Personal ties link Alex. Brown and JMI
Another in a continuing series on the importance of maintaining bridges:
When Charles Noell of Alex. Brown Inc.'s corporate finance department helped bring Texas-based BMC Software public almost a decade ago, he helped make a multimillionaire out of BMC Software's founder, John J. Moores.
Mr. Moores left the company about a year ago and lured Mr. Noell away to help run a new venture capital firm. Today, Mr. Noell is managing general partner of JMI Equity Fund Inc., a $30 million fund that looks for promising technology companies. (He also manages Mr. Moores' sizable personal portfolio as president and chief executive of JMI Inc., the parent company.)
A few months ago, Mr. Noell persuaded a former Alex. Brown colleague, Harry Gruner, to come aboard and help him invest the venture fund's money. Working out of offices in New Enterprise Associates' St. Paul Street headquarters, JMI has quietly invested in three software companies since last summer and is close to signing a deal with a fourth.
So far, none of the deals has involved a Maryland company. But the fund, run jointly in Baltimore and Houston, with some help from executives in California, is searching for local candidates.
"We are actively looking at several [companies] in Maryland, and I think if we get lucky we'll have some news" within a month or two, Mr. Noell says.
"Clearly if there's something close by -- in the Baltimore-Washington area -- does that make it easier?" Mr. Noell adds. "Sure."
Martha Roach to run Agency Insurance Co.
After four years at the helm of the Maryland Automobile Insurance Fund, Martha "Marty" Roach agreed this week to head the Agency Insurance Co., a small but growing auto insurer in Linthicum.
"[They] offered me the opportunity to run a small company, and it was something that I wanted to do," Ms. Roach said yesterday.
When she joined MAIF as executive director in 1988, Ms. Roach found a company with a $12.8 million deficit (for 1987), Marylanders outraged at the high cost of auto insurance and an angry legislature breathing down MAIF's neck.
Last year, the company had a $118.3 million surplus. It has reduced rates three out of the last five years, and the General Assembly has generally been a loyal fan of Ms. Roach.
As for the other critics, well, Marylanders still are upset about high insurance costs, but you can't move mountains.
The MAIF board will meet March 26 to name a successor.
Odds are that deputy director David Trageser will be appointed acting commissioner while the board initiates a search for a permanent replacement. Ms. Roach, a former acting insurance commissioner, plans to stay at MAIF until April 13.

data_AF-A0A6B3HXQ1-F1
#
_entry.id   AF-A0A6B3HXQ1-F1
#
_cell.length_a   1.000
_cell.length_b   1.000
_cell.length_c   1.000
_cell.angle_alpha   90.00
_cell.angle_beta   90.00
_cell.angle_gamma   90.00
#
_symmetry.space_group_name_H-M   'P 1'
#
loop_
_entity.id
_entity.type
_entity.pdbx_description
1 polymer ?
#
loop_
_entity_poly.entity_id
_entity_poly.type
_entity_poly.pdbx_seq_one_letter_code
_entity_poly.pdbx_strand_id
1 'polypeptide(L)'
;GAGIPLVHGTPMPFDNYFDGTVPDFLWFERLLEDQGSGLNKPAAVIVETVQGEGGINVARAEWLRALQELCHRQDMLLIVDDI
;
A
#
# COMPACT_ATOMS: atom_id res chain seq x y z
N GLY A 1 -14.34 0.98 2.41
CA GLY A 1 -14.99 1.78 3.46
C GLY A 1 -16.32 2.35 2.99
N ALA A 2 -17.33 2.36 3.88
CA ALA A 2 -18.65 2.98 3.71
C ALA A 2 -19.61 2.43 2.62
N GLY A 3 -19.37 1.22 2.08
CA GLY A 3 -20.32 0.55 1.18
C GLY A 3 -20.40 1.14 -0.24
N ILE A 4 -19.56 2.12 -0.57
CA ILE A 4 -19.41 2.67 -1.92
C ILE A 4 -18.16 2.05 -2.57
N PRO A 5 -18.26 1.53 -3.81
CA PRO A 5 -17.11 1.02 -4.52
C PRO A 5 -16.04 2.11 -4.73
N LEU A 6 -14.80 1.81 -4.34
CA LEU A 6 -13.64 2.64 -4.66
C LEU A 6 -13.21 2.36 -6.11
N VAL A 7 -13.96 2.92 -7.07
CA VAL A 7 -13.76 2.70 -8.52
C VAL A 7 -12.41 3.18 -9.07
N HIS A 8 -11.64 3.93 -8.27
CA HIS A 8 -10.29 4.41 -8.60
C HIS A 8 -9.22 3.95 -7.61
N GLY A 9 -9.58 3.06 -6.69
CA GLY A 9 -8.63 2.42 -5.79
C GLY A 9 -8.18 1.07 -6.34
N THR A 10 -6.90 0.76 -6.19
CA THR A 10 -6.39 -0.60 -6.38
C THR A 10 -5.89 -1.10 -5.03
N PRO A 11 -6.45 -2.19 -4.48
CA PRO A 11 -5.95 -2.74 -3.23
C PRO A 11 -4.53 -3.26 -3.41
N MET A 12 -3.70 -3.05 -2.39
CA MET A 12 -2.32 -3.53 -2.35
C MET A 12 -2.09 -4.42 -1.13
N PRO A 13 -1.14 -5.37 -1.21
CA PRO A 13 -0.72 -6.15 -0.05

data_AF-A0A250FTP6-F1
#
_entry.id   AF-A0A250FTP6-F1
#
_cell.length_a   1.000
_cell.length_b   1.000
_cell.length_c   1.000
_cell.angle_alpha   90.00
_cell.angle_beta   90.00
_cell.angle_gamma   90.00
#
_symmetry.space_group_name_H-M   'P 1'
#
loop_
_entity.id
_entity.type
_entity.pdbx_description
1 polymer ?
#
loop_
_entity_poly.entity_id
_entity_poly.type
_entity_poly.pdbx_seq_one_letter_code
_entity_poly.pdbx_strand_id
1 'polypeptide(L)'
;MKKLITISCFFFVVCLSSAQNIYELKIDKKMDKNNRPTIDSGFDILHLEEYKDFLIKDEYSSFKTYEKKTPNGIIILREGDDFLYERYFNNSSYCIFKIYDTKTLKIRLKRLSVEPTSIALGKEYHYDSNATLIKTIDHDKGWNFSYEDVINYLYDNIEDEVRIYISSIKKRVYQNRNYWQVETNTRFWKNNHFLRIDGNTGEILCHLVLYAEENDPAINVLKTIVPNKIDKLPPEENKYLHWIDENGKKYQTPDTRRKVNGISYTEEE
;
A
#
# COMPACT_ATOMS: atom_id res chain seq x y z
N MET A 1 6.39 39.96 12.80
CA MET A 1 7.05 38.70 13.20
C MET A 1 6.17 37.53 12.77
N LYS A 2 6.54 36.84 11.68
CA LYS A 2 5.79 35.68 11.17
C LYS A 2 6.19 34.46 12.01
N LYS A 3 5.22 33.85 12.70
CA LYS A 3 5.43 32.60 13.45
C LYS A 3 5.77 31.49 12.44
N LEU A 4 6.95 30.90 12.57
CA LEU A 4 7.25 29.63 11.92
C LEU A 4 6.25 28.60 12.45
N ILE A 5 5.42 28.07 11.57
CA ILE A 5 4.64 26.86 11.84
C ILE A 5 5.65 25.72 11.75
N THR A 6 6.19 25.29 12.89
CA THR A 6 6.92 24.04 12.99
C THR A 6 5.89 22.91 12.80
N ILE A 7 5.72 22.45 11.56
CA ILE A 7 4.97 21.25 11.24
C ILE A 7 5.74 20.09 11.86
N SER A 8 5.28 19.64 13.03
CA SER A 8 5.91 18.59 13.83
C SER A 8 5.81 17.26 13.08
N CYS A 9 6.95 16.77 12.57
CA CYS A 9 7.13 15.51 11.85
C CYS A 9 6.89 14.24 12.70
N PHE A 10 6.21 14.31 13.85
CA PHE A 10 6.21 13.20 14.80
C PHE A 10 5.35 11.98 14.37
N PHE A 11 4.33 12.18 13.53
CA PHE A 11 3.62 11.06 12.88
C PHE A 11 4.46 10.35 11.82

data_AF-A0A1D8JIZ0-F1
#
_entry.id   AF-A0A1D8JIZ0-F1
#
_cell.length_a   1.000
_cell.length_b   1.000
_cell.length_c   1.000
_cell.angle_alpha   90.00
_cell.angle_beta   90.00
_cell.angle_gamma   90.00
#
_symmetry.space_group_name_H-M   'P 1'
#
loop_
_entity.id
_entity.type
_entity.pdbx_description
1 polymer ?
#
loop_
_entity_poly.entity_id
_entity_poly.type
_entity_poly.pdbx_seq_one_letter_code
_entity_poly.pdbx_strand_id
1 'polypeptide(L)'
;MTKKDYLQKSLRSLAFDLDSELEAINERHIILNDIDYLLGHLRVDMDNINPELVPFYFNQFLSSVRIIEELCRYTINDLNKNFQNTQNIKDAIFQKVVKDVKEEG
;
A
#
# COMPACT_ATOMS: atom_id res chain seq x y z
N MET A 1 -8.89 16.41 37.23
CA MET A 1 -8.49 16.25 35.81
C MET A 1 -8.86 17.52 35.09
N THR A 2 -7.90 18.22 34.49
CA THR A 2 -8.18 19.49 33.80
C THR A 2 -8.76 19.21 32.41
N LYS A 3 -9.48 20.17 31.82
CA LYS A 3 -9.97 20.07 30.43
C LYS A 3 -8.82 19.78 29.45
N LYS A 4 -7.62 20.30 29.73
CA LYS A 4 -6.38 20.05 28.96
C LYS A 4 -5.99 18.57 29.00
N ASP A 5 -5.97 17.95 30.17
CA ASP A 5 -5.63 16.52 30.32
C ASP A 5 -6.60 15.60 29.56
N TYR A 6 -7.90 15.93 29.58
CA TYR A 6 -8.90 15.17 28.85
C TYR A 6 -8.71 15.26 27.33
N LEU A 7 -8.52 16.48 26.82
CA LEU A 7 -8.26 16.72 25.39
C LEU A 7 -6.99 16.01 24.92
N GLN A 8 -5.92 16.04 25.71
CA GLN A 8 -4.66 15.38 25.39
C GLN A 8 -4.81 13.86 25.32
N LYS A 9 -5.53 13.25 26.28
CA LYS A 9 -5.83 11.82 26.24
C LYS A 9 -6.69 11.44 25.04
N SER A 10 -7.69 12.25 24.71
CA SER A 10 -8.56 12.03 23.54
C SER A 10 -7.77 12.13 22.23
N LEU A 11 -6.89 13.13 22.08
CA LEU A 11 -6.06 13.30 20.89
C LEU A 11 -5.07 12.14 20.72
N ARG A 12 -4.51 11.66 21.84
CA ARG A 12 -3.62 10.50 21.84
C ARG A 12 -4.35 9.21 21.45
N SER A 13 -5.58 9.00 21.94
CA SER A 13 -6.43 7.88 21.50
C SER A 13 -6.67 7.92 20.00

A rejuvenated USF&G; sees better times ahead
USF&G; Corp. is "going on the offensive," says its chairman and chief executive, Norman P. Blake Jr., a man fond of battle and sports analogies. He told a group of Baltimore security analysts yesterday that the insurer's three-year restructuring is all but complete and that the company is ready to move forward this year with new products and aggressive marketing.
The extensive cost-cutting and realignments already have had their effects. USF&G; earned $35 million last year (but recorded a loss of 16 cents a share because of dividend payments), after having lost $175 million in 1991.
Yesterday, the chief financial officer, Edwin Pickett, said the company's first-quarter earnings would be even brighter than expected, partly because of an extraordinary gain from the effects of several accounting changes. A charge for the value of retirement benefits will cost USF&G; at least $50 million. But the company will add to its books some portion of a $500 million tax benefit from the company's losses in prior years.
Those changes, however, won't affect the company's operating earnings.
Analysts expect the insurer to earn 5 cents a share in the quarter that ends March 31. But Mr. Pickett called that estimate "a little conservative."
Former Chubb official resigns from USF&G;
Changes in the executive suite:
* John Roblin, hired from Chubb Corp. in March 1991 to head USF&G;'s information systems, has resigned. Although he officially remains with the company until the end of March, Mr. Roblin has left his job as senior vice president for information services, according to a spokeswoman, Kerrie Burch-Deluca.
"He had been brought in to do a rethink of the [information services] function, and to realign information services with the business lines," Ms. Burch-Deluca said. "And that's what he did."
Although the strategy Mr. Roblin helped design hasn't been implemented yet, he chose to leave, she said. The information services division has been shaken by layoffs in the last several months.
Mr. Roblin could not be reached for comment.
* First Union Corp. is moving fast. The Charlotte, N.C., banking company last month announced it will buy the First American Banks in Virginia, Maryland and Washington. This week, it named Hugh Calvin Long II, until now the Augusta City president of First Union National Bank of Georgia, to head the company's metropolitan Washington operations. Those operations will be a unit of First Union National Bank of Virginia.